If you need to be 100 percent correct, you need to check. "Garbage in, garbage out" is the easiest way I can summarize the problem of using chatbots exclusively for researching or writing posts and essays (Alba, 2022). An entire cottage industry has been tracking and cataloging Chat Gpt and other bots' failings (Giuven, n.d.) Researchers, mathematicians, logicians, and political advocates of all stripes delight in tripping up Chatgpt and New Bing and gleefully documenting failures. Without verifying a few primary and secondary sources in your search to double-check what the bot found and wrote, you are flying blind. Generally, the broader and more codified the topic you are researching, the more likely the chatbot will return a good answer. Project Management's PIMBOK guide makes Bots exceptionally knowledgeable and accurate about Project Management best practices, and the FASB is excellent for guiding answers to accounting questions. If filet mignon goes in the meat grinder, you get good sausage.
Another thing chatbots are not good at is writing essays that reflect you as a person. Depending on the institution, colleges and universities' admission departments take different positions on using Chatbots to generate essays. Some, like the University of Michigan Law School, forbid it altogether (Singer, 2023), while others allow it but suggest that students adapt the output. At Georgia Tech, for example, according to a recent New York Times article, the College Admissions Department has guidelines "encouraging high school applicants to use AI tools as collaborators to "brainstorm, refine and edit" their ideas. At the same time, the site warned applicants that they should "not copy and paste content you did not create directly into your application (Singer, 2023)."
A Way Forward
My advice? Go forward, but verify. You will be mostly pleased -- if not amazed by what you get. We have yet to reach the place where chatbots are researchers' one-stop shop, but chatbots are getting better every day. Researchers should spend time with Google Search or Bing to cross—reference primary and secondary source materials with bot-generated essays and research papers to identify discrepancies between them. Researchers can also consult people knowledgeable in the field to see if what the bot found and summarized reflects reality. Finally, researchers can and should cite bots as a source (it's increasingly allowed, even in academic circles), but rewrite their "botly" prose into their own words and check and cite other sources too. Finally, educators and business leaders would do well to stop pearl-clutching about bot technology's misuse and minor failings and spend more time exploring how to use it to help their students learn and their employees become more productive.
Understanding primary, secondary, and peer-reviewed sources is essential to good research. Primary sources are original information. Secondary sources can give more details about the original information. Academic groups check peer-reviewed sources carefully to ensure they are reliable and trustworthy, so peer-reviewed papers tend to be the most reliable of all. When using AI-generated research, verifying the accuracy of the information generated by cross-checking and referencing primary, secondary, and human sources is critical. Knowing when and how to use these sources makes your research more trustworthy. Some day, AI will become so powerful and intelligent that its replies will rival the accuracy and transparency of peer-reviewed articles. In the meantime, researchers should cross reference and investigate as many types of sources as possible to verify what their sources and the bots tell them. Even with their imperfections, Chatbots offer business and academic researchers a way to increase productivity.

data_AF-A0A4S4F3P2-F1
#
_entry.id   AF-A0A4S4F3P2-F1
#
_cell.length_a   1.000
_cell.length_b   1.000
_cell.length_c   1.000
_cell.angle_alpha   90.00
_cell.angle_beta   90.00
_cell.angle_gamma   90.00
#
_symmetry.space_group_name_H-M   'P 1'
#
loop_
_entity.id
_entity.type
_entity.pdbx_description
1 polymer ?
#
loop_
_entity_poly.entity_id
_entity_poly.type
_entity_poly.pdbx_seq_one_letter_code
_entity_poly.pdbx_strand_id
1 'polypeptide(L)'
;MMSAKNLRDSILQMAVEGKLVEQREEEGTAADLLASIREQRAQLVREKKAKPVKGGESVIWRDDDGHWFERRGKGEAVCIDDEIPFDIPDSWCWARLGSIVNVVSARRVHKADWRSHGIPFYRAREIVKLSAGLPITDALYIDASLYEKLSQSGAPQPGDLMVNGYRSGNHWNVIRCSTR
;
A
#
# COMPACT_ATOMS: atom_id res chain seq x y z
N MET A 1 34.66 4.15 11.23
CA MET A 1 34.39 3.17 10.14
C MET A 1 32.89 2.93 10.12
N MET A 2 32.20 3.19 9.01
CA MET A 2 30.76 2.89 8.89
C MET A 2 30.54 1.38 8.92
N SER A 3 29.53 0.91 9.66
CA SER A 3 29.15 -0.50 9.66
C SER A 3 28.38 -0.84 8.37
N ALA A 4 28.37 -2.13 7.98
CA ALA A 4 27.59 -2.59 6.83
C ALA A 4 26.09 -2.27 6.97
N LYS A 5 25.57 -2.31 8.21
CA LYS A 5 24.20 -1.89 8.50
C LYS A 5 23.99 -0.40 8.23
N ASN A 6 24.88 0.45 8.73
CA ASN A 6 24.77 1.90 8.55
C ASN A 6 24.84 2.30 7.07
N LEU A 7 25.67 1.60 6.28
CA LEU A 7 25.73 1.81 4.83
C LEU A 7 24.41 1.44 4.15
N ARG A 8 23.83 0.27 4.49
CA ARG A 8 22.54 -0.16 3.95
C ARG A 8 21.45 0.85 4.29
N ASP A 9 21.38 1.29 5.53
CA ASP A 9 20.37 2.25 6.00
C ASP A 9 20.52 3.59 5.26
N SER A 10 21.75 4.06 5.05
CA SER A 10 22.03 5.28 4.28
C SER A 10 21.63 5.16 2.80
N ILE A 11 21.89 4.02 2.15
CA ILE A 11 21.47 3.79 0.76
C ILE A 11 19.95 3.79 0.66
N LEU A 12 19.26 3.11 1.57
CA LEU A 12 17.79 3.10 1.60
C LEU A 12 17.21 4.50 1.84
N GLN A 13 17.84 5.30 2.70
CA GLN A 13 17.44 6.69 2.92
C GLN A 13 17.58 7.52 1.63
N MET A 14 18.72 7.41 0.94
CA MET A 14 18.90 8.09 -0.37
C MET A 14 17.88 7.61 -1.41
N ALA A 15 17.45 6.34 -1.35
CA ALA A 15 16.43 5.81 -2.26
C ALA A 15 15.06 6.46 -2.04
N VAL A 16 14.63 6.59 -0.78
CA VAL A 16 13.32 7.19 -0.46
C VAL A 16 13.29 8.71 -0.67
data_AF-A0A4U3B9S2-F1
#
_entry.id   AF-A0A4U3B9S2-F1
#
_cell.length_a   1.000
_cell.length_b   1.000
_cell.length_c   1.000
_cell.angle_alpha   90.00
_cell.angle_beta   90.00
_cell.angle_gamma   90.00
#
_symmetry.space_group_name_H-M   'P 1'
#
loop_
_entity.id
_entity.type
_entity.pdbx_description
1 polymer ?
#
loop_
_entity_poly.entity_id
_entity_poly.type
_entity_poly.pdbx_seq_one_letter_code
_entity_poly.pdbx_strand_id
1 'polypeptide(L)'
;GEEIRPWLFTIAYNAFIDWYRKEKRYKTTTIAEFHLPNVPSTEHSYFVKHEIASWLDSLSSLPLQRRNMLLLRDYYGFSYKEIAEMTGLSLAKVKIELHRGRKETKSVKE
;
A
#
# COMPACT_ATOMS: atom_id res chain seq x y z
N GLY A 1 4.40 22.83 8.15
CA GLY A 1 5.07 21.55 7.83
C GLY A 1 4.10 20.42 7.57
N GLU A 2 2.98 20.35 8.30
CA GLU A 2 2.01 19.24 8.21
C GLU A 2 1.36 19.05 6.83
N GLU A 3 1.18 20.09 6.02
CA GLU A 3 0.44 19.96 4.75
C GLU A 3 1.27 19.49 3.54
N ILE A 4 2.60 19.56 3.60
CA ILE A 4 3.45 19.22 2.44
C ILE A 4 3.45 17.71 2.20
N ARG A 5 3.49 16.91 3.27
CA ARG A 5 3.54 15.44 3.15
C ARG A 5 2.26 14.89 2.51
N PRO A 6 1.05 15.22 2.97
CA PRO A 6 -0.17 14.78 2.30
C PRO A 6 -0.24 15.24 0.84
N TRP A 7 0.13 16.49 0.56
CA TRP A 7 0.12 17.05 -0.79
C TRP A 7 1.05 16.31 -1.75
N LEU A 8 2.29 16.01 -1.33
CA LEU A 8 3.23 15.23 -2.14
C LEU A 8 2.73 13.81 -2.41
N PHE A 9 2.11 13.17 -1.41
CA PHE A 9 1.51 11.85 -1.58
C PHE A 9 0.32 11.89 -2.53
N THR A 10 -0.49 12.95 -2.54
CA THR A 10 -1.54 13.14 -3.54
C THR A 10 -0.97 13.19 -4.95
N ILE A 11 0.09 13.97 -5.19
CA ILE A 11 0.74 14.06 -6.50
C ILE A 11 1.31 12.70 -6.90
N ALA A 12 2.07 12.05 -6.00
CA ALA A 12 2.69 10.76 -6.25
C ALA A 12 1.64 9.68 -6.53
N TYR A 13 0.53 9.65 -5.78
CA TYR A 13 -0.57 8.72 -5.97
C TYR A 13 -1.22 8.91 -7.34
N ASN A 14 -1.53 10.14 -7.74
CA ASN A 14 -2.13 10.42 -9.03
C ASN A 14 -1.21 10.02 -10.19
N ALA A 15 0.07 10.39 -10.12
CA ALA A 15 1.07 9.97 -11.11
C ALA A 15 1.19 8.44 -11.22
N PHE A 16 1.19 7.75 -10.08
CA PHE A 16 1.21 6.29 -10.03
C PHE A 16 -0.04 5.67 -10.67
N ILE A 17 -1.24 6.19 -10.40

Alba, D. (2022, December 8). ChatGPT, Open AI's Chatbot, Is Spitting Out Biased, Sexist Results. Bloomberg.com. https://www.bloomberg.com/news/newsletters/2022-12-08/chatgpt-open-ai-s-chatbot-is-spitting-out-biased-sexist-results
Fowler, G. A., & Merrill, J. B. (2023, April 14). The AI bot has picked an answer for you. Here's how often it's bad. Washington Post. https://www.washingtonpost.com/technology/2023/04/13/microsoft-bing-ai-chatbot-error/
Giuven. (n.d.). GitHub - giuven95/chatgpt-failures: Failure archive for ChatGPT and similar models. GitHub. https://github.com/giuven95/chatgpt-failures
Hensell, H., & Cameron, C. (2023, September). AI Chat GPT Should We Reject It Like We Did Wikipedia? Remington College Refresher Summit 2023, Online Summit. https://remingtoncollege.brightspace.com/d2l/le/lessons/21191/topics/317396
How to Develop Chatbots With Real-Time Sentiment Analysis. (2022, October 27). Vonage.com. Retrieved October 2, 2023, from https://www.vonage.com/resources/articles/develop-chatbots-real-time-sentiment-analysis/
Kooli, C. (2023). Chatbots in Education and Research: A Critical Examination of ethical implications and solutions. Sustainability, 15(7), 5614. https://doi.org/10.3390/su15075614
Lee, S. E., Ju, N., & Lee, K. (2023). Service chatbot: Co-citation and big data analysis toward a review and research agenda. Technological Forecasting and Social Change, 194, 122722. https://doi.org/10.1016/j.techfore.2023.122722
LibGuides: AI Chatbots (ChatGPT): Teaching & Learning: Introduction. (2023, March 15). https://guides.westoahu.hawaii.edu/chatgpt
Pilgrim Library: Finding Primary Sources: Evaluating primary & secondary sources. (2023, July). https://library.defiance.edu/primarysources/evaluating
OpenAI. (2023). ChatGPT (September 25 Version) [Large language model]. https://chat.openai.com
Singer, N. (2023, September 1). Ban or embrace? Colleges wrestle with A.I.-Generated admissions essays. The New York Times. https://www.nytimes.com/2023/09/01/business/college-admissions-essay-ai-chatbots.html#:~:text=chatbots%20to%20generate%20ideas%20or,might%20have%20a%20democratizing%20effect.